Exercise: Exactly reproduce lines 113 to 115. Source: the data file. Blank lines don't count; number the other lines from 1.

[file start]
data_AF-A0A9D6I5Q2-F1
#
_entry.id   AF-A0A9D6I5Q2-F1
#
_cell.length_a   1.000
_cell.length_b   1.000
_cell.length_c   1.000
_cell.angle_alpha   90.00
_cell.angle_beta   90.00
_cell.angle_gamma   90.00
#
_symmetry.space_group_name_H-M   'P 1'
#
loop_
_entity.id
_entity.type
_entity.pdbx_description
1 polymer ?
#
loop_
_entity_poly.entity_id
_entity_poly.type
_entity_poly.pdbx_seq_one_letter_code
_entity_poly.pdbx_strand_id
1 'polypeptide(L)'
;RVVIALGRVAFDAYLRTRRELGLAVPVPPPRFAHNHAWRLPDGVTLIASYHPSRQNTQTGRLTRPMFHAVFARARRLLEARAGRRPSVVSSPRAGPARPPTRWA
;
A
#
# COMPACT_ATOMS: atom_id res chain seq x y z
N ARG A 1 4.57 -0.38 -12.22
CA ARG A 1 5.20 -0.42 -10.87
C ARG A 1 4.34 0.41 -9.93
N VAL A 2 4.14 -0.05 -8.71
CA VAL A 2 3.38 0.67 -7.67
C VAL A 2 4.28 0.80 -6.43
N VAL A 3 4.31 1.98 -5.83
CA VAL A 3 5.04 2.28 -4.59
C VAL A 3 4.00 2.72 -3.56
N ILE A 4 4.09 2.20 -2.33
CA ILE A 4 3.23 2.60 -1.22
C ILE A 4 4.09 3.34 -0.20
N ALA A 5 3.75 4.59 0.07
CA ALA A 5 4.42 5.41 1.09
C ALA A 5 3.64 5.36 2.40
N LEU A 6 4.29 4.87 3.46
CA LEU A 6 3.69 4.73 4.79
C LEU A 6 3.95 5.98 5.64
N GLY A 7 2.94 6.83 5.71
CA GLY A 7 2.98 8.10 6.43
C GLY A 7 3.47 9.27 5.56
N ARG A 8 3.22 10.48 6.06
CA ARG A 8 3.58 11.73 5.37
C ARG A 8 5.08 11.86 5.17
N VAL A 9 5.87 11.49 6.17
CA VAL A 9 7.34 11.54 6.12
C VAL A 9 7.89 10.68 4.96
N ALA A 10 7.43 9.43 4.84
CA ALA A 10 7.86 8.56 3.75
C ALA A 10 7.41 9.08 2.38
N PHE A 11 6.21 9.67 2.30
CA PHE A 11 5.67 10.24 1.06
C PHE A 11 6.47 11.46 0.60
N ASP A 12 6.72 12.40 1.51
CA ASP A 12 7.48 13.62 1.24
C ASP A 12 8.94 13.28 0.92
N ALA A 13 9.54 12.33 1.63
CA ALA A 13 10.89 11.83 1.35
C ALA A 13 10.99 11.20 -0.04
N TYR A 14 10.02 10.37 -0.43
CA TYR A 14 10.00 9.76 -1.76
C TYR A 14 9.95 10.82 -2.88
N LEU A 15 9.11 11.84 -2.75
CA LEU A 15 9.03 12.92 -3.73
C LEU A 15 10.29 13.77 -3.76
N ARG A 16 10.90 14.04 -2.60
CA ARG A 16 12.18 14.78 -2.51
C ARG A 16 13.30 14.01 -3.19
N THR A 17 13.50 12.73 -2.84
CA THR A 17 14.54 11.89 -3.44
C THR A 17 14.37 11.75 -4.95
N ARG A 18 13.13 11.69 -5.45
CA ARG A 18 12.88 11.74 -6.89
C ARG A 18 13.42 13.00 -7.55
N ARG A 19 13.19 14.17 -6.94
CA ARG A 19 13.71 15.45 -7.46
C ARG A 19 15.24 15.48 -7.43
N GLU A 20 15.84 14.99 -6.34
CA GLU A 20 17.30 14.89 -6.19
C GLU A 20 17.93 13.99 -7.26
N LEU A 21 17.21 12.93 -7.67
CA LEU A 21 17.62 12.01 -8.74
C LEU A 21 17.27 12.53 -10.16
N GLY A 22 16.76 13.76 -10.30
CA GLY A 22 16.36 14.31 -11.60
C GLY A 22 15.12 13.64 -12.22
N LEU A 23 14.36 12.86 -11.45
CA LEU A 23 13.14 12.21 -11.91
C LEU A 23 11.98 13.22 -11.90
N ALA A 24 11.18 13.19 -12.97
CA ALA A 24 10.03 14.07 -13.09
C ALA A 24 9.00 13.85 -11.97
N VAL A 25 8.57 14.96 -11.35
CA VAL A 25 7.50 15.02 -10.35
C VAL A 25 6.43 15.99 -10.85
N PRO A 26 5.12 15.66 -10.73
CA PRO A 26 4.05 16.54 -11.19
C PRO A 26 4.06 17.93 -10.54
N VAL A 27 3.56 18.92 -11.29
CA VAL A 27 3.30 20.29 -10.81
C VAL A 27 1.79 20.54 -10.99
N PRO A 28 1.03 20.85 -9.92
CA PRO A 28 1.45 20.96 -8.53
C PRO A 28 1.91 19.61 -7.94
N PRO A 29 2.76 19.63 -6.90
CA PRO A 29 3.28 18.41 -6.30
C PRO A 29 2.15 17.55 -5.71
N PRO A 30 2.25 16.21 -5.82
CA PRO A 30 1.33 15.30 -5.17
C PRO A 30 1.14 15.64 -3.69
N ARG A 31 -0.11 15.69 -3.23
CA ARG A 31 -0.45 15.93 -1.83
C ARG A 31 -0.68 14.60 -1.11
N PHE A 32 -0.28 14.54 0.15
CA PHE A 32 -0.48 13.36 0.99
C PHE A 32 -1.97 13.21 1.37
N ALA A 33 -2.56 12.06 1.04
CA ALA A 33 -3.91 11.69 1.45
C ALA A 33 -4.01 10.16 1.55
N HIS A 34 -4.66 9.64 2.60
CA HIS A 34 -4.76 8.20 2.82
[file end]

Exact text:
CA PRO A 28 1.45 20.96 -8.53
C PRO A 28 1.91 19.61 -7.94
N PRO A 29 2.76 19.63 -6.90